The literary gods clearly smile down upon me. James had requested that I review more futa books and short-stories but I was having a hard time finding ones that sound even vaguely intriguing. This one kinda fell into my lap, as I was asked to review it. Buckle up boys and girls, and boy-girls, and girl-boys.
This is a short read so the plot is pretty simple. Evy needs a place to stay as she is tired of dorm/res life and feels that she needs her own space for her senior year at college. Julienne is an intensely private woman who needs a roommate. All seems to be on track, until Evy barges in on Julienne in the shower. Though entirely innocent in motive, the act creates tension and sexy thoughts for Evy. Her new roommate is clearly more than meets the eye.
This story has a nice, clear narrative and the writing is good. There are no grammatical issues to report here, which is great because a lack of grammar can really break immersion.
“After a few moments of silence, she sighed. “I suppose you must have… questions, about what you saw.”
I considered my response before answering, not wanting to put her off or offend
her, but yearning to know everything there was about why and how she was different.
“I do.” I said truthfully, “But I don’t want to upset or insult you.” I fell silent, and
Julienne looked around the room as she seemed to consider.
“Well, few people have ever known about my condition.” She said the word with
emphasis, as if it should be surrounded with quotation marks, “However, out of the few who discovered it by accident, you have reacted the most humanely and honestly. So, ask your questions, and I’ll do my best to answer.”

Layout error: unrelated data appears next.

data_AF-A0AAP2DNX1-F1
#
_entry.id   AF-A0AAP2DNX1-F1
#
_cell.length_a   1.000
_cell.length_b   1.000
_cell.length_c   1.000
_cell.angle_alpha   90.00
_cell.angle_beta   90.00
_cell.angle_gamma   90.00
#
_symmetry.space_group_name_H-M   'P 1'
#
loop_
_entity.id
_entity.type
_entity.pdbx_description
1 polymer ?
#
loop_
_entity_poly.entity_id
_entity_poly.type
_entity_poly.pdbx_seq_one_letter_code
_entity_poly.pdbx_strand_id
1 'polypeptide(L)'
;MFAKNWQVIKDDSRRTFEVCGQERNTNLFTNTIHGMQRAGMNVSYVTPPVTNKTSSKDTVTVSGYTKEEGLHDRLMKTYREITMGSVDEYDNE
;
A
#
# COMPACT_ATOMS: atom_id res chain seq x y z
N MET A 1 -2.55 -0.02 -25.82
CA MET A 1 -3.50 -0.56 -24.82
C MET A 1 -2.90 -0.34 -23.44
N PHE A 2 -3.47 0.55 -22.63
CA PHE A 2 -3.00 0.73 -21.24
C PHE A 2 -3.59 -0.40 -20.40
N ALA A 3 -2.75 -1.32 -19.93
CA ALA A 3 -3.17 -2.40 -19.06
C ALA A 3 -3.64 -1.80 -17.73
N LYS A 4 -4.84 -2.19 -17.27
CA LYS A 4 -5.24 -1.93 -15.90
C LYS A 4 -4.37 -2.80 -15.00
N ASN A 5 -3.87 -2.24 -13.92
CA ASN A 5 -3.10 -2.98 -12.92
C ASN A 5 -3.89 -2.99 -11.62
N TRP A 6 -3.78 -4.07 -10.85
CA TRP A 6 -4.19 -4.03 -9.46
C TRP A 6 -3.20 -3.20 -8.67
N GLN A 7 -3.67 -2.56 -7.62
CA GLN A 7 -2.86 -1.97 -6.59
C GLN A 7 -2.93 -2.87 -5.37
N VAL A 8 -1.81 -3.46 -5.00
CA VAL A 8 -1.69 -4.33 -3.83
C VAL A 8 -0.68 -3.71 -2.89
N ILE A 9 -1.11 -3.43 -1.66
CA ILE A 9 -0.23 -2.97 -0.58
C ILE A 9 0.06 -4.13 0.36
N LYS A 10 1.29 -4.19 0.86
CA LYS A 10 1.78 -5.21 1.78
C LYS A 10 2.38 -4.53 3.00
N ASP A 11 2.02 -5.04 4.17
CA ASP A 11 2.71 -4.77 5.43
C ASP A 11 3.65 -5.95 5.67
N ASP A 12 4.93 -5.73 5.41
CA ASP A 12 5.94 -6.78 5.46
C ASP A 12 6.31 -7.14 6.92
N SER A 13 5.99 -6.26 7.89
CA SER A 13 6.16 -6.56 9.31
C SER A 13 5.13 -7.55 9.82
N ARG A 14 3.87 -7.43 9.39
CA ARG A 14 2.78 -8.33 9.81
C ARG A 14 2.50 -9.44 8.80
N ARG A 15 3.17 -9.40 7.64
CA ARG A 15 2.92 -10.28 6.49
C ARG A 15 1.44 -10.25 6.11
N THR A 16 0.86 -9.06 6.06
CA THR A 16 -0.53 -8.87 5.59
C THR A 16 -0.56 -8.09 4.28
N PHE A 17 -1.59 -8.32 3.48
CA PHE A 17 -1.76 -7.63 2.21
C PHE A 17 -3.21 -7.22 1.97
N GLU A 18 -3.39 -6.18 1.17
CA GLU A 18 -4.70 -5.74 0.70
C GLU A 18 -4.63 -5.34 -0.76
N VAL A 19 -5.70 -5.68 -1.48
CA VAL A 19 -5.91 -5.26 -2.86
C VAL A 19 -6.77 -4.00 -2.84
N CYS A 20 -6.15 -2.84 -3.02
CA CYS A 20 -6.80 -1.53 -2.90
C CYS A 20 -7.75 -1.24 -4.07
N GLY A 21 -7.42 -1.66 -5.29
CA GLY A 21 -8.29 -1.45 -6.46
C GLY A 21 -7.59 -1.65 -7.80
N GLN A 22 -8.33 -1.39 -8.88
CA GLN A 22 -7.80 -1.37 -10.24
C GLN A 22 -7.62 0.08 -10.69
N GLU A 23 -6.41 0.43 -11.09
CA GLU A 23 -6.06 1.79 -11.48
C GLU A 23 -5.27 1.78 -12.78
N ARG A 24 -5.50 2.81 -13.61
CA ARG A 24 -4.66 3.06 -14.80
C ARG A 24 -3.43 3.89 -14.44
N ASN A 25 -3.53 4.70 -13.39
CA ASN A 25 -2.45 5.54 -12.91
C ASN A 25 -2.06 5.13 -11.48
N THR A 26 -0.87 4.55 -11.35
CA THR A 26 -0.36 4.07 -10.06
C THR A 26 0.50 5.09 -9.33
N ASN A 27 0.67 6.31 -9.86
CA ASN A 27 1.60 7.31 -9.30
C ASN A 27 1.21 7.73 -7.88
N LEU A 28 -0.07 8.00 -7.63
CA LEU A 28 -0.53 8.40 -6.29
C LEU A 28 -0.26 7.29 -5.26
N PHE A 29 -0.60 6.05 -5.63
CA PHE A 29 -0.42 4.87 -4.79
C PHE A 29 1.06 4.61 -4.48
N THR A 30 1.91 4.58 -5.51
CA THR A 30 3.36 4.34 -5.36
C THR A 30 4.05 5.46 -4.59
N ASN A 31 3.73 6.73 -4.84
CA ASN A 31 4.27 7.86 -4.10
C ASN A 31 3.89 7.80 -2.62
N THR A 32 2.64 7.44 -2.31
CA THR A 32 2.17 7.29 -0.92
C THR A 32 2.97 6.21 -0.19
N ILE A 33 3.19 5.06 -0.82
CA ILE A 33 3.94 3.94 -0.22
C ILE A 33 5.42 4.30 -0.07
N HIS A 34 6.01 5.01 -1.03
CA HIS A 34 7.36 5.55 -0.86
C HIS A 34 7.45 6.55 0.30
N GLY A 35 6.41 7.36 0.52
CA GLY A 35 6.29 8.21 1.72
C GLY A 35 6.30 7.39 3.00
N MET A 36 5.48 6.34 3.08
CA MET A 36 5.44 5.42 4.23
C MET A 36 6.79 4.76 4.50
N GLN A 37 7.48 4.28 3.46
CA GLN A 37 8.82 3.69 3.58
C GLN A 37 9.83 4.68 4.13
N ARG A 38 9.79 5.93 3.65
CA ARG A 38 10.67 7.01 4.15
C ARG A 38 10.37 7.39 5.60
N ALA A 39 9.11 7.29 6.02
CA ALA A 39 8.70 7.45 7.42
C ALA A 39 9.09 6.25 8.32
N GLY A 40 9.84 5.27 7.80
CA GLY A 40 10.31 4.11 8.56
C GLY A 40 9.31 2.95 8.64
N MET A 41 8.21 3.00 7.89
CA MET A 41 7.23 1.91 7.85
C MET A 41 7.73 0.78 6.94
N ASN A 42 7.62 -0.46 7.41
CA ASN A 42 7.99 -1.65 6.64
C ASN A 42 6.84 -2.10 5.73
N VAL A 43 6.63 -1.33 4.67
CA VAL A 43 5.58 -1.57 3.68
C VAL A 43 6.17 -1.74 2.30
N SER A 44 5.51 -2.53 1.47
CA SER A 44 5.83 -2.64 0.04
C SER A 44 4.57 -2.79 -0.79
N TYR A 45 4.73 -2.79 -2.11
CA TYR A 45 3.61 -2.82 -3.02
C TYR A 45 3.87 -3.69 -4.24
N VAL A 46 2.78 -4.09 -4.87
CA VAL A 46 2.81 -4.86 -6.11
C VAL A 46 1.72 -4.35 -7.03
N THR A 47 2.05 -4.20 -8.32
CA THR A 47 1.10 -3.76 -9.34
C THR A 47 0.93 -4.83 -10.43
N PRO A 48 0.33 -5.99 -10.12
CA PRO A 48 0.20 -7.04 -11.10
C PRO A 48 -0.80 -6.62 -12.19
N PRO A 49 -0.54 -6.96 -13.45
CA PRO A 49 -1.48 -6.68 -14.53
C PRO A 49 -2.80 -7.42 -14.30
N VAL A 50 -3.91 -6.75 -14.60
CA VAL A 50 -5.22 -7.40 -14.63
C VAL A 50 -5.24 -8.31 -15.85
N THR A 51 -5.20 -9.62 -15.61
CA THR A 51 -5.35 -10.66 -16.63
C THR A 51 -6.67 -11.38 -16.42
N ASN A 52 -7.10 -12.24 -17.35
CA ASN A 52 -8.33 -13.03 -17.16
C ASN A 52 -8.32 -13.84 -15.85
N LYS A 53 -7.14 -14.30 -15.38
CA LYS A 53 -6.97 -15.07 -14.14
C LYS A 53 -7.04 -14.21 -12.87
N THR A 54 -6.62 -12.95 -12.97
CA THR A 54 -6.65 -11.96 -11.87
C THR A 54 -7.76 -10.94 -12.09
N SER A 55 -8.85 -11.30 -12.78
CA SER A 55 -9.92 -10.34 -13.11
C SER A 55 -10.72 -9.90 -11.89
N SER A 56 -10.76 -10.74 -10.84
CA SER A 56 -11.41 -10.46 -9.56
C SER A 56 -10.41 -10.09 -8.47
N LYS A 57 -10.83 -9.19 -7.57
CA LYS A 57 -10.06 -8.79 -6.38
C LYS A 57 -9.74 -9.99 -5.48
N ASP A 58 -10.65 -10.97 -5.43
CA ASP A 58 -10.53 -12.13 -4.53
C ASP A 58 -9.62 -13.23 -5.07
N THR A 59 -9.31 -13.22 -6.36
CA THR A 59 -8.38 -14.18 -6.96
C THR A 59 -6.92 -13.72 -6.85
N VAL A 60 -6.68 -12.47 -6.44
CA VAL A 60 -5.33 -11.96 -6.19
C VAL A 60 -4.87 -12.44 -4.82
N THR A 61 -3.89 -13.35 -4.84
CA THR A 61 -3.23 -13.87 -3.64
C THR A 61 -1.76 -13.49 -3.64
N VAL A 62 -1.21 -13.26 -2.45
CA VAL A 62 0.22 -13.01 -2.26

Before I get onto the review, I want to clear something up for those of you who struggle with terminology or generally understanding non-heteronormative gendering. Futanari and transgendered are not the same thing. The closest equivalent to futa is actually “intersexed”. Intersexed refers to a range of physical conditions that result in varying combinations of male and female sex organs. A cruder term for intersexed persons is “hermaphrodite”. Very simplified, transgendered persons are individuals who do not identify with the gender assigned to them at birth. So, someone who identifies as male but was born with female reproductive organs. Not all transgendered persons choose to undergo gender reassignment, thus not all transgendered persons are futanari. This is all particularly true for this story as Julienne explains to Evy that her “condition” is one that she was born with, not as a result of surgery.
Other than this misnaming in the online blurb for the book (which apparently is an Amazon issue and has not yet been corrected by Amazon), I quite enjoyed this story. It’s not really erotica. I would class it as more of a romance. Minou tried to be delicate and considerate with her approach to the questions that people may have if they should ever come into contact with someone who is very obviously intersexed. It wasn’t crude or vulgar, which lays good ground work for the series and this blossoming into a relationship between these women, rather than a one-night stand or friends with benefits arrangement.
The sex wasn’t red hot and in your face. And for this type of introduction to the characters, it worked very well. By her own admission, Julienne is rather inexperienced as the difference in her body makes it difficult to be intimate with others. Evy has only ever been with men so this is also a new experience for her and it shows in the way the sexual scenes were written. It was tentative but honest.
My only gripe with this story is that it is too short. This entire premise could have been a really beautiful, full length novel with characters that grow and form together. I would love to read something like that. Being intersexed, and the hardships that can come with humanity’s inherent cruelty for anything or anyone that is considered different, is not something that I have come across in all my novel searching.
My rating: 4/5
Buy Roommates on Amazon
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